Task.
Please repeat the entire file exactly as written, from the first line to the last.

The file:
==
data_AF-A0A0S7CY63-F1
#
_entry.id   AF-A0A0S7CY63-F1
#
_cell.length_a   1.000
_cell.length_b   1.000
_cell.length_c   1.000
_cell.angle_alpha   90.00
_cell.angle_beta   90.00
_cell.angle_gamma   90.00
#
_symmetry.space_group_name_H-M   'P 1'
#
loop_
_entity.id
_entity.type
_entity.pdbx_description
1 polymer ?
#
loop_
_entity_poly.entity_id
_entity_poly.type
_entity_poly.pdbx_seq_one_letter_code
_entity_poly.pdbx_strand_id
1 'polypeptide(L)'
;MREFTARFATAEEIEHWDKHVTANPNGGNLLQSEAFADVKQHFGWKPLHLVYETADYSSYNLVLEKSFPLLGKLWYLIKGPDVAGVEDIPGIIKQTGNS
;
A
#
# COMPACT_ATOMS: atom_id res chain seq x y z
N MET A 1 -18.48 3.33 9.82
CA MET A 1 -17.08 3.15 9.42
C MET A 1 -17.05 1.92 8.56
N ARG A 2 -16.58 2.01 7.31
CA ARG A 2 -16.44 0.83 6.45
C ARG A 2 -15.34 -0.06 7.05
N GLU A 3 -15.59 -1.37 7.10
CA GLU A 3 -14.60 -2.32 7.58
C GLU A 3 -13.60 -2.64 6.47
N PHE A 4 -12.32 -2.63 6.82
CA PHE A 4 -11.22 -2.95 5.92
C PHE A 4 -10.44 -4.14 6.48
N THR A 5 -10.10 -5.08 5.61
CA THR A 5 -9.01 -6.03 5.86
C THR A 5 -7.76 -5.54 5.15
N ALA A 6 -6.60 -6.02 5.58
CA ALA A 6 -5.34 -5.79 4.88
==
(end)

data_AF-A0A0S7CY63-F1
#
_entry.id   AF-A0A0S7CY63-F1
#
_cell.length_a   1.000
_cell.length_b   1.000
_cell.length_c   1.000
_cell.angle_alpha   90.00
_cell.angle_beta   90.00
_cell.angle_gamma   90.00
#
_symmetry.space_group_name_H-M   'P 1'
#
loop_
_entity.id
_entity.type
_entity.pdbx_description
1 polymer ?
#
loop_
_entity_poly.entity_id
_entity_poly.type
_entity_poly.pdbx_seq_one_letter_code
_entity_poly.pdbx_strand_id
1 'polypeptide(L)'
;MREFTARFATAEEIEHWDKHVTANPNGGNLLQSEAFADVKQHFGWKPLHLVYETADYSSYNLVLEKSFPLLGKLWYLIKGPDVAGVEDIPGIIKQTGNS
;
A
#
# COMPACT_ATOMS: atom_id res chain seq x y z
N MET A 1 -18.48 3.33 9.82
CA MET A 1 -17.08 3.15 9.42
C MET A 1 -17.05 1.92 8.56
N ARG A 2 -16.58 2.01 7.31
CA ARG A 2 -16.44 0.83 6.45
C ARG A 2 -15.34 -0.06 7.05
N GLU A 3 -15.59 -1.37 7.10
CA GLU A 3 -14.60 -2.32 7.58
C GLU A 3 -13.60 -2.64 6.47
N PHE A 4 -12.32 -2.63 6.82
CA PHE A 4 -11.22 -2.95 5.92
C PHE A 4 -10.44 -4.14 6.48
N THR A 5 -10.10 -5.08 5.61
CA THR A 5 -9.01 -6.03 5.86
C THR A 5 -7.76 -5.54 5.15
N ALA A 6 -6.60 -6.02 5.58
CA ALA A 6 -5.34 -5.79 4.88